New at ducks. any info I should have that's extremely important?


5 Years
Jul 9, 2016
I am wondering if it matters what drakes are used. Like does it matter if it's the dad, brother, or son drake that is used for breeding (the daughter, sister or mom). My ducks are for pets, eggs and meat.


In the Brooder
Apr 22, 2016
Firstly, welcome to the world of ducks! To answer your question, you can technically get related ducks to mate but there are health risks and higher risk of birth defects for the ducklings just like there are for all animals in that situation. You could risk it and things might go smoothly but they also could go awry very easily and as a duck owner I wouldn't want my first hatching experience to go that way. Also it's extremely easy to find drakes as nobody wants them.

Some hopefully helpful tips:

-Never feed them bread or anything meant for human consumption like leftovers

-Corn and scratch grain is a good treat but better in small portions

-They are VERY messy

-They're poop machines!

-Extremely addictive

-There's a fantastic list on this website called 'The ULTIMATE List of Duck Treats and Supplements' It's extremely helpful

-They get very attached to one another

-Since you'll have drakes and hens they need to be on food compatible for them both so NOT laying feed this means you'll need to give the hens oyster or egg shells in a container apart from the regular feed so her eggs will have strong shells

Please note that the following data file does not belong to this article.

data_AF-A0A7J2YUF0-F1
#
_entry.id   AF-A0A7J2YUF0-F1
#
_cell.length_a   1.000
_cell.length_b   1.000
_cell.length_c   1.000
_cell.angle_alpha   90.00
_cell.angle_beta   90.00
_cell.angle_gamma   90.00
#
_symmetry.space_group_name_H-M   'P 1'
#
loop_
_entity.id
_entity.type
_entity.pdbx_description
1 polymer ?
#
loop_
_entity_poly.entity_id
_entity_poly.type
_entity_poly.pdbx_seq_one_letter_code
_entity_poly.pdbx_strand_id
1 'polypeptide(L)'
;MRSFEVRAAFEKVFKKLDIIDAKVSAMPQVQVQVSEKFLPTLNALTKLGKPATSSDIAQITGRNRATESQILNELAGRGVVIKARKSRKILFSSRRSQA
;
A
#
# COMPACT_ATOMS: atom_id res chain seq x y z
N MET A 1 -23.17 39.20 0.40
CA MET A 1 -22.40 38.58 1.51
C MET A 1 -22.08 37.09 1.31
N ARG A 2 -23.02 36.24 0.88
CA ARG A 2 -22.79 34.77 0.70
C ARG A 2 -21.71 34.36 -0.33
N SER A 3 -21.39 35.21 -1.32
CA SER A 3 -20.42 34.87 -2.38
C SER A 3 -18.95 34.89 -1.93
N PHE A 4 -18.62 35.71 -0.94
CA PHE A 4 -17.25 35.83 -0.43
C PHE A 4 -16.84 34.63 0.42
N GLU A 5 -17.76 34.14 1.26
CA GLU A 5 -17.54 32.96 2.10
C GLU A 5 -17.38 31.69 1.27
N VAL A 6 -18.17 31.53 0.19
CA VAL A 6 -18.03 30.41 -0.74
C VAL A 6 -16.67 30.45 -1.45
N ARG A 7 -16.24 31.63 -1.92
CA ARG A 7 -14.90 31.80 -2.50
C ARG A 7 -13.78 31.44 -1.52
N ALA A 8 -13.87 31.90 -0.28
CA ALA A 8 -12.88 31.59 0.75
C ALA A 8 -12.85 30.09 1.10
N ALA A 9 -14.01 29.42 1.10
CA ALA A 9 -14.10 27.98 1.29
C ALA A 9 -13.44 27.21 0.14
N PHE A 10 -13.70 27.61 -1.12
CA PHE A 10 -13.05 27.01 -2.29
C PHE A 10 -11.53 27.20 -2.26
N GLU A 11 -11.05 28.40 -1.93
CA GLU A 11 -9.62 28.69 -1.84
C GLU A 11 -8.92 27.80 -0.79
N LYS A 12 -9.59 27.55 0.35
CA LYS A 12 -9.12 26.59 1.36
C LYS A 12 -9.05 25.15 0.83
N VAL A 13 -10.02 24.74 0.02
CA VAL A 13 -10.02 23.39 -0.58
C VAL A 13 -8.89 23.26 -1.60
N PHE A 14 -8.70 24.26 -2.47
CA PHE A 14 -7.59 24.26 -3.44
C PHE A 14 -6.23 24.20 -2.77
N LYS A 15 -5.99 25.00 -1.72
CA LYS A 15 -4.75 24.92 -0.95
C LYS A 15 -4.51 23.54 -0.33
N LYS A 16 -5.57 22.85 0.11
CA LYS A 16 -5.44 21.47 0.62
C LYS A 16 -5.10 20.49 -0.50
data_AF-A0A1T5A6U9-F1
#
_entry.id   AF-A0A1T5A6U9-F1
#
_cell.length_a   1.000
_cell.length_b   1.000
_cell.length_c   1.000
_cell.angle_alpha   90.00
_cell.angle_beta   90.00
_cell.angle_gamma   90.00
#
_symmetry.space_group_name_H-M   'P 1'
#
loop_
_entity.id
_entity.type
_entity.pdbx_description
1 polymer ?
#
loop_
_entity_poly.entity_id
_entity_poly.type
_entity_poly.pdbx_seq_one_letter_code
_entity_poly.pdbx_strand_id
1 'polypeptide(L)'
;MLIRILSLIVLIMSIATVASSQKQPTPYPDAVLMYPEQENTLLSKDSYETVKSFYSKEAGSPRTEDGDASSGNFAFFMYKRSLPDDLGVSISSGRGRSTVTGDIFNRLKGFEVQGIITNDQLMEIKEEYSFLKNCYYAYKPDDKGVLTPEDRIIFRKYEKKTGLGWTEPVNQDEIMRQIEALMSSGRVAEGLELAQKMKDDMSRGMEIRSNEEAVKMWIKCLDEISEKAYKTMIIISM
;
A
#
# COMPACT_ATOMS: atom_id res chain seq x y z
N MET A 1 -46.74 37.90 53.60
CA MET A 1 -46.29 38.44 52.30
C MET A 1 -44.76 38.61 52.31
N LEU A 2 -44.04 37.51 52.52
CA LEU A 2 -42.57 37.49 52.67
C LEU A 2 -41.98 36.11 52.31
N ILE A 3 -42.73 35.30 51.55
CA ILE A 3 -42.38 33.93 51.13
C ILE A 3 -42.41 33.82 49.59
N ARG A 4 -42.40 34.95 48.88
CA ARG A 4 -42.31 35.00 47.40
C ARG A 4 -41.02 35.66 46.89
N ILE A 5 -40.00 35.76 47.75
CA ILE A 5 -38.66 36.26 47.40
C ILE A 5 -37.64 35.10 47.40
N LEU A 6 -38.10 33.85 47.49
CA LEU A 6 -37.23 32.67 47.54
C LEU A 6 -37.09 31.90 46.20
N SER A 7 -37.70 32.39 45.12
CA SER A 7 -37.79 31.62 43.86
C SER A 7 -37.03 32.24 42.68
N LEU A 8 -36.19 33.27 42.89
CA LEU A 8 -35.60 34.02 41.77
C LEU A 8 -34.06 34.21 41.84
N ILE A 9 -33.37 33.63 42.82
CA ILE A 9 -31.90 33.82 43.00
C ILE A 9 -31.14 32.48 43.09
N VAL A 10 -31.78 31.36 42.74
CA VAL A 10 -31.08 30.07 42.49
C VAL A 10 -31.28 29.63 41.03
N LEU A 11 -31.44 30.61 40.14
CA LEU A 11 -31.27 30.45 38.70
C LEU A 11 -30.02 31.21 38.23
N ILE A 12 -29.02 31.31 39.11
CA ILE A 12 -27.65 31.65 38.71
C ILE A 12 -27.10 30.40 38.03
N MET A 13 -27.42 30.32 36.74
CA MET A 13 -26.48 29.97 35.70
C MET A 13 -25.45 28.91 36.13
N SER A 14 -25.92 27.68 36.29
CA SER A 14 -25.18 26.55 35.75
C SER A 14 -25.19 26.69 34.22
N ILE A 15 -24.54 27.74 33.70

-Hens can become egg bound which means the egg is stuck inside of them because there is no or little shell


7 Years
Aug 7, 2015
Peyton, CO
I would start here.
This is the duck sticky. It has links to lots of threads with a range of topics. You can skip over the threads that don't apply/interest but definitely read the raising ducklings thread. Lots of great information on that one.

One very important thing to read up on is a duckling's need for niacin.

As far as mating related birds, birds are far less susceptible to issues related to inbreeding and linebreeding when compared to mammals. Many, many chicken and duck breeders rely on inbreeding and linebreeding to develop the characteristics desired. It takes many generations for problems to occur. That being said, there is a greater chance for unwanted characteristics to occur if both parents carry the genes for it. That's why good breeders cull many birds; they don't want those birds passing on their genes. Of course if you are just looking to raise some backyard ducks and aren't looking to become a breeder you don't really need to worry about such things.

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